Pioneering palliative care for people in Glasgow with advanced heart failure has been shown to improve patients’ understanding of their condition and planning of care, meaning improved quality of life in their final days.
The unique Caring Together partnership between the BHF, Marie Curie and NHS Greater Glasgow and Clyde saw patients receive more integrated healthcare that put their wishes first.
People with advanced heart failure have similar palliative care needs to people with cancer. They have a significant symptom burden yet have poorer access to supportive and palliative care services.
Investment in care
In 2011 the BHF and Marie Curie funded the £1.3m Caring Together Programme to provide improved, specialist end of life care. It was estimated that one in 10 heart failure patients in the NHS Greater Glasgow and Clyde area had palliative care needs. The BHF also invested in Marie Curie’s hospice in Glasgow.
Caring Together Programme Manager Iain Armstrong explained: “Under Caring Together, the patient’s whole healthcare team, including the patient’s GP, cardiologist and heart failure nurse, are closely involved, critically, along with the patient and carer. Crucially, a medical anticipatory care plan is shared among all, which means that everyone is aware of the patient’s wishes and preferences.
“In the past, if the patient had not expressed where they wanted to die, when they became really breathless they would be admitted to hospital for an average stay of 14 days. Under Caring Together the goal is to improve the patient’s experience, ensuring that they can receive their treatment at home where they want to be, rather than in hospital.’
Access to care
Professor Bill Noble, Medical Director from terminal illness charity Marie Curie, said: “Heart failure is a fluctuating terminal illness where progression is often unpredictable and people will have varying palliative care needs. This is why the multi-disciplinary approach of the Programme, where care is based on individual’s need rather than a specific diagnosis or prognosis, works particularly well.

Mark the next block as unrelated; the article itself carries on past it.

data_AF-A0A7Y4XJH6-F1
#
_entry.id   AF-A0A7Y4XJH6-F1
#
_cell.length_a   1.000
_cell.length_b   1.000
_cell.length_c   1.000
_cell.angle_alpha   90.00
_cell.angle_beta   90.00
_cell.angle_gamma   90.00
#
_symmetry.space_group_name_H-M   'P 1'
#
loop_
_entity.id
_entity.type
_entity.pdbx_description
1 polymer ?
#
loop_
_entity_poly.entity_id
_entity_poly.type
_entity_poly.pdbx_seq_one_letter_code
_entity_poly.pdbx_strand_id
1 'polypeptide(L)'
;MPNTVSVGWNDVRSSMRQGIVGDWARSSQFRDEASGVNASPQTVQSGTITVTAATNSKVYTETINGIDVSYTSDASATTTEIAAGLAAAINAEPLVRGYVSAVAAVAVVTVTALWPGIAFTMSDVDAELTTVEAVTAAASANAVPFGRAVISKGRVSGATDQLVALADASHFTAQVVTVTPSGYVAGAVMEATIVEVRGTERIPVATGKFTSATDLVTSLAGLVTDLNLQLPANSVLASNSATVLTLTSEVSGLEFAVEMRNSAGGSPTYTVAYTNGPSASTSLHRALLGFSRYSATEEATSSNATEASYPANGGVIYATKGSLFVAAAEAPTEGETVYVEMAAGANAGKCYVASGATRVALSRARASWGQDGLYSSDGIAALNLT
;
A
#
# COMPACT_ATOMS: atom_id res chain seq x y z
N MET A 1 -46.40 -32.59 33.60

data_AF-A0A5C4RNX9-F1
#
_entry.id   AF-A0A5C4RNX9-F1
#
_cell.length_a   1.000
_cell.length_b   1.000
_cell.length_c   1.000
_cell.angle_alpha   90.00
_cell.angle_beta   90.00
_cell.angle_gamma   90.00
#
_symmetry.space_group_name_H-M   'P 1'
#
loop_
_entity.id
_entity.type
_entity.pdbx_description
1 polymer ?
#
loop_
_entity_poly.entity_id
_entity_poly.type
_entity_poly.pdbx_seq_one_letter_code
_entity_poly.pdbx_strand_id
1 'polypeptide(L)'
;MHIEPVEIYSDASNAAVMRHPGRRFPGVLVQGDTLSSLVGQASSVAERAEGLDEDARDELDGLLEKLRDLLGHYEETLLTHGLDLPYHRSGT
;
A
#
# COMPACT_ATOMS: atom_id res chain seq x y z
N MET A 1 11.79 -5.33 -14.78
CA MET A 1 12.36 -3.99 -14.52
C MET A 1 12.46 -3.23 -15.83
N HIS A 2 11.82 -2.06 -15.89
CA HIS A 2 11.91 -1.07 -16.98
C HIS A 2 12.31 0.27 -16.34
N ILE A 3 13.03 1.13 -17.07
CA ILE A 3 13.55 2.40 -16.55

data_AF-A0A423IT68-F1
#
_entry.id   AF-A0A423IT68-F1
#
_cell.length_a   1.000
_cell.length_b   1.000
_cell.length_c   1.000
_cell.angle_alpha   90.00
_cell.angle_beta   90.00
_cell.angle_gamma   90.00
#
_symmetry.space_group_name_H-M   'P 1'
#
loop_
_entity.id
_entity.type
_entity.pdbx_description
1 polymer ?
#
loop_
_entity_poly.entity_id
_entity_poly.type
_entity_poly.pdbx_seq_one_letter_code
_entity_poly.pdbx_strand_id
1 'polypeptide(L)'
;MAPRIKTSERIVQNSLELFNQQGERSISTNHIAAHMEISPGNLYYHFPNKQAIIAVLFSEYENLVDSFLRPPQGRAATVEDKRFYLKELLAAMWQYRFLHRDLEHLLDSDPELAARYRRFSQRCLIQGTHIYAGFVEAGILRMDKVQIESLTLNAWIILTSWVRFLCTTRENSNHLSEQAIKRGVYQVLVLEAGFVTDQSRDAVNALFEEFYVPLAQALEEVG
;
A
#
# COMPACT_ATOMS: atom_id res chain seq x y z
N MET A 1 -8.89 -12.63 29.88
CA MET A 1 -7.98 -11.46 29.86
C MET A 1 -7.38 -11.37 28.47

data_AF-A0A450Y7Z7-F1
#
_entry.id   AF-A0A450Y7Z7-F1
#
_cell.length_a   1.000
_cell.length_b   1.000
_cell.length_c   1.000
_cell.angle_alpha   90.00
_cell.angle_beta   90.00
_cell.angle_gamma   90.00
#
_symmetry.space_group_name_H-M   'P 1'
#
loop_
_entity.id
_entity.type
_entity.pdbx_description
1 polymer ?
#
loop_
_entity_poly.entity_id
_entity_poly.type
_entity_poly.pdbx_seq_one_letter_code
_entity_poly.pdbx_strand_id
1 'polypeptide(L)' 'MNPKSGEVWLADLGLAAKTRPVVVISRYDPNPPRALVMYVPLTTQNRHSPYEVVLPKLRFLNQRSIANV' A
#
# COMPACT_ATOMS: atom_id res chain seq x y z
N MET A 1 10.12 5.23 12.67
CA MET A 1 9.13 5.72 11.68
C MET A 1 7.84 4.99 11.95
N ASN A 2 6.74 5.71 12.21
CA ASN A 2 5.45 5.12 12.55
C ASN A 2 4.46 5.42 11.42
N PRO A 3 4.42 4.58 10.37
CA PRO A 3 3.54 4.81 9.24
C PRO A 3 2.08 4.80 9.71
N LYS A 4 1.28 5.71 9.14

“Access to palliative care for people with advanced heart failure remains inadequate despite around 30-40 percent of people dying within a year of diagnosis. It is vitally important that we ensure people living with heart failure are given equal access to care that will make a huge difference to their, and their family’s lives.”
Heart failure is a frightening and debilitating condition whereby the heart can’t pump blood around the body as well as it needs to. In severe cases it leaves people disabled and breathless even when resting. The most common causes are heart attack leading to heart muscle damage, high blood pressure and heart muscle disease. Around 48,000 Scots have been diagnosed with heart failure and 11,300 in the NHS Greater Glasgow and Clyde area.
In an evaluation of the patient outcomes, 43 people were included in the Caring Together Programme and they were compared with 34 patients who received the usual care. The evaluation showed patients understood their condition much better and that the average cost to the NHS was £785 less for people in the Caring Together group as they had fewer nights in hospital, fewer nurse contacts and lower drug costs, even though they had more GP contact than those receiving the usual care.
While the Caring Together Programme has now concluded, the service is being continued by NHS Greater Glasgow & Clyde.